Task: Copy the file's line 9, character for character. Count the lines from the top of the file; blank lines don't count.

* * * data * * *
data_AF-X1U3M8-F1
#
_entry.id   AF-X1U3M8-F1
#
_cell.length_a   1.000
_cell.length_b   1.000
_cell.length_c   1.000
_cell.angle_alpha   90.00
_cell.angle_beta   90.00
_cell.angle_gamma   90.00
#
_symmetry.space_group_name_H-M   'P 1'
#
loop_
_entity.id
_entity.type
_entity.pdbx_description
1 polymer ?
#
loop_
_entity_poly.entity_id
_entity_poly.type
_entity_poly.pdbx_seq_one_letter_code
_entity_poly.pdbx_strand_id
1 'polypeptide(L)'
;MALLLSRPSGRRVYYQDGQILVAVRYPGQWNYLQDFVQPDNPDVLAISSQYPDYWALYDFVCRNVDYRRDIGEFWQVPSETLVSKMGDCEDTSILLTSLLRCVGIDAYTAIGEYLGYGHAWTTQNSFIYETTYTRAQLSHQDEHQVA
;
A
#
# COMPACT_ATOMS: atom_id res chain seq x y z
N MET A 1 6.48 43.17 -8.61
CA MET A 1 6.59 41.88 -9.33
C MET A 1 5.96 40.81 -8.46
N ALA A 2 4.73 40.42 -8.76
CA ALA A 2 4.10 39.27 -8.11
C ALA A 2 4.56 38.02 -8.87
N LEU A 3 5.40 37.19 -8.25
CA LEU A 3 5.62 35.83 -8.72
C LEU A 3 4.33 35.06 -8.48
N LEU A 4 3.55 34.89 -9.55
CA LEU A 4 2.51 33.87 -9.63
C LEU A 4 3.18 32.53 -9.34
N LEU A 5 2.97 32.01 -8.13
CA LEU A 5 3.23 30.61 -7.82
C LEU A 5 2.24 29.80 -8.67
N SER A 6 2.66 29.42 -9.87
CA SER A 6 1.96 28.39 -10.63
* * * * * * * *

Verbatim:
_cell.angle_beta   90.00